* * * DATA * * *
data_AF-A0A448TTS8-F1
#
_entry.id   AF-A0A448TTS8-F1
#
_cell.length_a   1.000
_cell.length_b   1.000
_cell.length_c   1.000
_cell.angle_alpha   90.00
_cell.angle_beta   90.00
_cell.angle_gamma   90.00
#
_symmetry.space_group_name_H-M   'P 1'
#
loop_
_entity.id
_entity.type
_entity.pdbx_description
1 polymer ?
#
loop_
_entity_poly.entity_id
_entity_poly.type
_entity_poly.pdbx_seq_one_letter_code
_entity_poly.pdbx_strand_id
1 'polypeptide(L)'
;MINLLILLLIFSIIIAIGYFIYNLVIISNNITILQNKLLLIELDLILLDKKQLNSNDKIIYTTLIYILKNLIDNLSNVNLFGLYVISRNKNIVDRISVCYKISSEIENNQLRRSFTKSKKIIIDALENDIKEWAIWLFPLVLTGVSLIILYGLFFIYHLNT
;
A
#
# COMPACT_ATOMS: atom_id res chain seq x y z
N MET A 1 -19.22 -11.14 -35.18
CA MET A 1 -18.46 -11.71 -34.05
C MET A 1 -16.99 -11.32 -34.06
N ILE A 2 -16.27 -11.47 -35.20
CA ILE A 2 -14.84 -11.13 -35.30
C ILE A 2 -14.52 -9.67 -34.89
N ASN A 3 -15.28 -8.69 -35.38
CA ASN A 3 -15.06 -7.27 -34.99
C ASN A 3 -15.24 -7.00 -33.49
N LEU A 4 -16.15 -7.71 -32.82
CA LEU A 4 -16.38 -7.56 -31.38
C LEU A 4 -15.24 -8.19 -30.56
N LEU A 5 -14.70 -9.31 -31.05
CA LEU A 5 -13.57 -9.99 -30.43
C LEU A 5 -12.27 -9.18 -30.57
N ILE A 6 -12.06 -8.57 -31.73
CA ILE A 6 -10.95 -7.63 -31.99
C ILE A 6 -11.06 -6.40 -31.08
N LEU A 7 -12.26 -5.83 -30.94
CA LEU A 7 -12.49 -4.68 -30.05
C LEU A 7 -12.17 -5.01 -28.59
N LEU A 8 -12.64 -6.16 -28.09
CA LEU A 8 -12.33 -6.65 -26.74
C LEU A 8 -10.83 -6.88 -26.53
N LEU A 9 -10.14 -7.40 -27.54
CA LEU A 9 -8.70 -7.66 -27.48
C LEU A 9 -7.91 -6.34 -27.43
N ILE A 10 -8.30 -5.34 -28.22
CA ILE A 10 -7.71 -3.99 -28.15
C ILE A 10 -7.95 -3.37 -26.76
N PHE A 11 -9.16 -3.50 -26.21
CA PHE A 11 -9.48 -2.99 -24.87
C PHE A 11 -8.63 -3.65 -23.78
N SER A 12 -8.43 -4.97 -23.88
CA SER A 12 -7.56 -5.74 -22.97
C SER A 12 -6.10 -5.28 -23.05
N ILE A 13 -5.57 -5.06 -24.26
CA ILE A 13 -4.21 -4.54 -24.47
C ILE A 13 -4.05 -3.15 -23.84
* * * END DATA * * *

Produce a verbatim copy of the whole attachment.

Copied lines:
data_AF-A0A448TTS8-F1
#
_entry.id   AF-A0A448TTS8-F1
#
_cell.length_a   1.000
_cell.length_b   1.000
_cell.length_c   1.000
_cell.angle_alpha   90.00
_cell.angle_beta   90.00
_cell.angle_gamma   90.00
#
_symmetry.space_group_name_H-M   'P 1'
#
loop_
_entity.id
_entity.type
_entity.pdbx_description
1 polymer ?
#
loop_
_entity_poly.entity_id
_entity_poly.type
_entity_poly.pdbx_seq_one_letter_code
_entity_poly.pdbx_strand_id
1 'polypeptide(L)'
;MINLLILLLIFSIIIAIGYFIYNLVIISNNITILQNKLLLIELDLILLDKKQLNSNDKIIYTTLIYILKNLIDNLSNVNLFGLYVISRNKNIVDRISVCYKISSEIENNQLRRSFTKSKKIIIDALENDIKEWAIWLFPLVLTGVSLIILYGLFFIYHLNT
;
A
#
# COMPACT_ATOMS: atom_id res chain seq x y z
N MET A 1 -19.22 -11.14 -35.18
CA MET A 1 -18.46 -11.71 -34.05
C MET A 1 -16.99 -11.32 -34.06
N ILE A 2 -16.27 -11.47 -35.20
CA ILE A 2 -14.84 -11.13 -35.30
C ILE A 2 -14.52 -9.67 -34.89
N ASN A 3 -15.28 -8.69 -35.38
CA ASN A 3 -15.06 -7.27 -34.99
C ASN A 3 -15.24 -7.00 -33.49
N LEU A 4 -16.15 -7.71 -32.82
CA LEU A 4 -16.38 -7.56 -31.38
C LEU A 4 -15.24 -8.19 -30.56
N LEU A 5 -14.70 -9.31 -31.05
CA LEU A 5 -13.57 -9.99 -30.43
C LEU A 5 -12.27 -9.18 -30.57
N ILE A 6 -12.06 -8.57 -31.73
CA ILE A 6 -10.95 -7.63 -31.99
C ILE A 6 -11.06 -6.40 -31.08
N LEU A 7 -12.26 -5.83 -30.94
CA LEU A 7 -12.49 -4.68 -30.05
C LEU A 7 -12.17 -5.01 -28.59
N LEU A 8 -12.64 -6.16 -28.09
CA LEU A 8 -12.33 -6.65 -26.74
C LEU A 8 -10.83 -6.88 -26.53
N LEU A 9 -10.14 -7.40 -27.54
CA LEU A 9 -8.70 -7.66 -27.48
C LEU A 9 -7.91 -6.34 -27.43
N ILE A 10 -8.30 -5.34 -28.22
CA ILE A 10 -7.71 -3.99 -28.15
C ILE A 10 -7.95 -3.37 -26.76
N PHE A 11 -9.16 -3.50 -26.21
CA PHE A 11 -9.48 -2.99 -24.87
C PHE A 11 -8.63 -3.65 -23.78
N SER A 12 -8.43 -4.97 -23.88
CA SER A 12 -7.56 -5.74 -22.97
C SER A 12 -6.10 -5.28 -23.05
N ILE A 13 -5.57 -5.06 -24.26
CA ILE A 13 -4.21 -4.54 -24.47
C ILE A 13 -4.05 -3.15 -23.84